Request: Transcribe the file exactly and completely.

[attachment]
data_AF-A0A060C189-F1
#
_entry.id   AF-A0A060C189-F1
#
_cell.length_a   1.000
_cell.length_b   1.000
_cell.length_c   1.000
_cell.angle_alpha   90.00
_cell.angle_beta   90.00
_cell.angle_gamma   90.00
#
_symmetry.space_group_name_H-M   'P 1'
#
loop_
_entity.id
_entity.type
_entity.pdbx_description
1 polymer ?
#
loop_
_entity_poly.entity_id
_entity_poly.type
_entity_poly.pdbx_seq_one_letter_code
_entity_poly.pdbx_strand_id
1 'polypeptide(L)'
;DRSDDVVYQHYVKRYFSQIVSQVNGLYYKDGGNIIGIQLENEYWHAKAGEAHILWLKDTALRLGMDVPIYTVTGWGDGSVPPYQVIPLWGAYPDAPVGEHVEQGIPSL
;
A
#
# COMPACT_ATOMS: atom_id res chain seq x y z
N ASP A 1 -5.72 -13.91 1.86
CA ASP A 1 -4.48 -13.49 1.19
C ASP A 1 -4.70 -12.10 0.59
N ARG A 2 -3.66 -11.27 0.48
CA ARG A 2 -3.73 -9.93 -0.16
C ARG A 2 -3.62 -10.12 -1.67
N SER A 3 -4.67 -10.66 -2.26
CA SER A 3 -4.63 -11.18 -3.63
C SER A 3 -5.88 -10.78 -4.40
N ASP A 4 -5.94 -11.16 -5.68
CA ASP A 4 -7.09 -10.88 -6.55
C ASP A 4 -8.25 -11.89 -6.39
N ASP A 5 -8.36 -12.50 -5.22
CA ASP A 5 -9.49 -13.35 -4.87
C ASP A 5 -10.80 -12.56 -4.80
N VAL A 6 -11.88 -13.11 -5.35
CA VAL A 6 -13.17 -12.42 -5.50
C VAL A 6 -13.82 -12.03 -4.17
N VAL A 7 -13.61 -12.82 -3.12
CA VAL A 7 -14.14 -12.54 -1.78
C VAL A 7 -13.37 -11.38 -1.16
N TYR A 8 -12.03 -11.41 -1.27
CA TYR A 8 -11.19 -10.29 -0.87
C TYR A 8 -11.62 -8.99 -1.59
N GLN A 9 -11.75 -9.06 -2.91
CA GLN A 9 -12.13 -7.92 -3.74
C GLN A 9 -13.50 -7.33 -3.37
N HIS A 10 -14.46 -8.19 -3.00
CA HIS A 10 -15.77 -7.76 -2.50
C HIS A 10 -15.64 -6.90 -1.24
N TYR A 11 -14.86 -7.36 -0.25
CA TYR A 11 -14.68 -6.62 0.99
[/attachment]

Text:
data_AF-A0A060C189-F1
#
_entry.id   AF-A0A060C189-F1
#
_cell.length_a   1.000
_cell.length_b   1.000
_cell.length_c   1.000
_cell.angle_alpha   90.00
_cell.angle_beta   90.00
_cell.angle_gamma   90.00
#
_symmetry.space_group_name_H-M   'P 1'
#
loop_
_entity.id
_entity.type
_entity.pdbx_description
1 polymer ?
#
loop_
_entity_poly.entity_id
_entity_poly.type
_entity_poly.pdbx_seq_one_letter_code
_entity_poly.pdbx_strand_id
1 'polypeptide(L)'
;DRSDDVVYQHYVKRYFSQIVSQVNGLYYKDGGNIIGIQLENEYWHAKAGEAHILWLKDTALRLGMDVPIYTVTGWGDGSVPPYQVIPLWGAYPDAPVGEHVEQGIPSL
;
A
#
# COMPACT_ATOMS: atom_id res chain seq x y z
N ASP A 1 -5.72 -13.91 1.86
CA ASP A 1 -4.48 -13.49 1.19
C ASP A 1 -4.70 -12.10 0.59
N ARG A 2 -3.66 -11.27 0.48
CA ARG A 2 -3.73 -9.93 -0.16
C ARG A 2 -3.62 -10.12 -1.67
N SER A 3 -4.67 -10.66 -2.26
CA SER A 3 -4.63 -11.18 -3.63
C SER A 3 -5.88 -10.78 -4.40
N ASP A 4 -5.94 -11.16 -5.68
CA ASP A 4 -7.09 -10.88 -6.55
C ASP A 4 -8.25 -11.89 -6.39
N ASP A 5 -8.36 -12.50 -5.22
CA ASP A 5 -9.49 -13.35 -4.87
C ASP A 5 -10.80 -12.56 -4.80
N VAL A 6 -11.88 -13.11 -5.35
CA VAL A 6 -13.17 -12.42 -5.50
C VAL A 6 -13.82 -12.03 -4.17
N VAL A 7 -13.61 -12.82 -3.12
CA VAL A 7 -14.14 -12.54 -1.78
C VAL A 7 -13.37 -11.38 -1.16
N TYR A 8 -12.03 -11.41 -1.27
CA TYR A 8 -11.19 -10.29 -0.87
C TYR A 8 -11.62 -8.99 -1.59
N GLN A 9 -11.75 -9.06 -2.91
CA GLN A 9 -12.13 -7.92 -3.74
C GLN A 9 -13.50 -7.33 -3.37
N HIS A 10 -14.46 -8.19 -3.00
CA HIS A 10 -15.77 -7.76 -2.50
C HIS A 10 -15.64 -6.90 -1.24
N TYR A 11 -14.86 -7.36 -0.25
CA TYR A 11 -14.68 -6.62 0.99